But the recent recruiting success of Stanford shows something broader about how the economics profession is changing. The specialties of the new recruits vary, but they are all examples of how the momentum in economics has shifted away from theoretical modeling and toward “empirical microeconomics,” the analysis of how things work in the real world, often arranging complex experiments or exploiting large sets of data. That kind of work requires lots of research assistants, work across disciplines including fields like sociology and computer science, and the use of advanced computational techniques unavailable a generation ago.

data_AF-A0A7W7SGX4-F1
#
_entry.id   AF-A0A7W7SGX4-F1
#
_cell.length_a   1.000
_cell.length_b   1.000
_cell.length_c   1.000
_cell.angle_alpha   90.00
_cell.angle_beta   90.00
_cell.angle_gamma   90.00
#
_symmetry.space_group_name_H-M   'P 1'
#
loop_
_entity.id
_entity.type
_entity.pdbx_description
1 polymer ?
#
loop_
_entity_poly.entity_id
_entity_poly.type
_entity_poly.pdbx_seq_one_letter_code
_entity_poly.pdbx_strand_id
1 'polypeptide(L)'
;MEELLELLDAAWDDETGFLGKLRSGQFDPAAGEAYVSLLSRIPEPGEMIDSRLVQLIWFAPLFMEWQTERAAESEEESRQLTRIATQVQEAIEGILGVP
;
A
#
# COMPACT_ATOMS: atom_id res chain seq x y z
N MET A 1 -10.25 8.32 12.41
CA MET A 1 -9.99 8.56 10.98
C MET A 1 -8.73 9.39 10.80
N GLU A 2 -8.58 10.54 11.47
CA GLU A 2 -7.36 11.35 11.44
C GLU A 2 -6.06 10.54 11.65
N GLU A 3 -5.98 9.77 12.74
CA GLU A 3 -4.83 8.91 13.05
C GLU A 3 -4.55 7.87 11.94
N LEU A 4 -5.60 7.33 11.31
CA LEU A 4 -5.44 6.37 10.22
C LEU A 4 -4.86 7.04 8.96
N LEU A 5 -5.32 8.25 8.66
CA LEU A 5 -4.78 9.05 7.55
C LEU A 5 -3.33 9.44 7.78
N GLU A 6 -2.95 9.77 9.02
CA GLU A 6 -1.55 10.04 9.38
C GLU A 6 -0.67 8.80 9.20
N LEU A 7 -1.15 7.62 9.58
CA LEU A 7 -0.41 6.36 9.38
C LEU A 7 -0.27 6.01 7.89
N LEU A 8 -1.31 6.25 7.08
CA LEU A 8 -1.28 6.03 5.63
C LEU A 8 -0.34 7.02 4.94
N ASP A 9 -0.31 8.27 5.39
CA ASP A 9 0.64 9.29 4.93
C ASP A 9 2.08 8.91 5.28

That trend is evident across leading economics departments — the traditional powerhouses have plenty of scholars doing work in the same vein, including work by Esther Duflo at M.I.T. on how to test ways to fight global poverty and by Roland G. Fryer Jr. at Harvard on the roots of racial inequality. But the scholars who have newly signed on with Stanford described a university particularly well suited to research in that vein, with a combination of lab space, strong budgets for research support and proximity to engineering talent.
The article is interesting throughout.